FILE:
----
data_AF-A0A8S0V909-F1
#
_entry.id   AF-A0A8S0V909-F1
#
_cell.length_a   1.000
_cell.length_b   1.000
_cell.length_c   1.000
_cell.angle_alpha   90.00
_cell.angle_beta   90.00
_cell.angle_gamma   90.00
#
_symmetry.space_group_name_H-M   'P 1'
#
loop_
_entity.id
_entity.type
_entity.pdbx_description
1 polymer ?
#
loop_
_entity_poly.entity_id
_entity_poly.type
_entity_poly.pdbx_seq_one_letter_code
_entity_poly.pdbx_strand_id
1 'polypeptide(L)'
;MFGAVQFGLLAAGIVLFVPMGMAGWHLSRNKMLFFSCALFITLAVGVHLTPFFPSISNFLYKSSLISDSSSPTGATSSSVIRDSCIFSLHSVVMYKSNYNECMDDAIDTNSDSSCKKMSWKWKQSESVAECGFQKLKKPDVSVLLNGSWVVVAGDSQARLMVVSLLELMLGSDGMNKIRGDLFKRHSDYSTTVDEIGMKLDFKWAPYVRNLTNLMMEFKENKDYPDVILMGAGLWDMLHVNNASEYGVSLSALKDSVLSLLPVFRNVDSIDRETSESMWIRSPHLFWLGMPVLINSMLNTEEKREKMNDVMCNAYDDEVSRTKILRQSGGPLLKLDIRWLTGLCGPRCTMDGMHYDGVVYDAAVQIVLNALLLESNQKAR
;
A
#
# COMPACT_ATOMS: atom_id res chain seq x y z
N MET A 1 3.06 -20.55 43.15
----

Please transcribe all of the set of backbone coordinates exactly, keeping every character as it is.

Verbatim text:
data_AF-A0A8S0V909-F1
#
_entry.id   AF-A0A8S0V909-F1
#
_cell.length_a   1.000
_cell.length_b   1.000
_cell.length_c   1.000
_cell.angle_alpha   90.00
_cell.angle_beta   90.00
_cell.angle_gamma   90.00
#
_symmetry.space_group_name_H-M   'P 1'
#
loop_
_entity.id
_entity.type
_entity.pdbx_description
1 polymer ?
#
loop_
_entity_poly.entity_id
_entity_poly.type
_entity_poly.pdbx_seq_one_letter_code
_entity_poly.pdbx_strand_id
1 'polypeptide(L)'
;MFGAVQFGLLAAGIVLFVPMGMAGWHLSRNKMLFFSCALFITLAVGVHLTPFFPSISNFLYKSSLISDSSSPTGATSSSVIRDSCIFSLHSVVMYKSNYNECMDDAIDTNSDSSCKKMSWKWKQSESVAECGFQKLKKPDVSVLLNGSWVVVAGDSQARLMVVSLLELMLGSDGMNKIRGDLFKRHSDYSTTVDEIGMKLDFKWAPYVRNLTNLMMEFKENKDYPDVILMGAGLWDMLHVNNASEYGVSLSALKDSVLSLLPVFRNVDSIDRETSESMWIRSPHLFWLGMPVLINSMLNTEEKREKMNDVMCNAYDDEVSRTKILRQSGGPLLKLDIRWLTGLCGPRCTMDGMHYDGVVYDAAVQIVLNALLLESNQKAR
;
A
#
# COMPACT_ATOMS: atom_id res chain seq x y z
N MET A 1 3.06 -20.55 43.15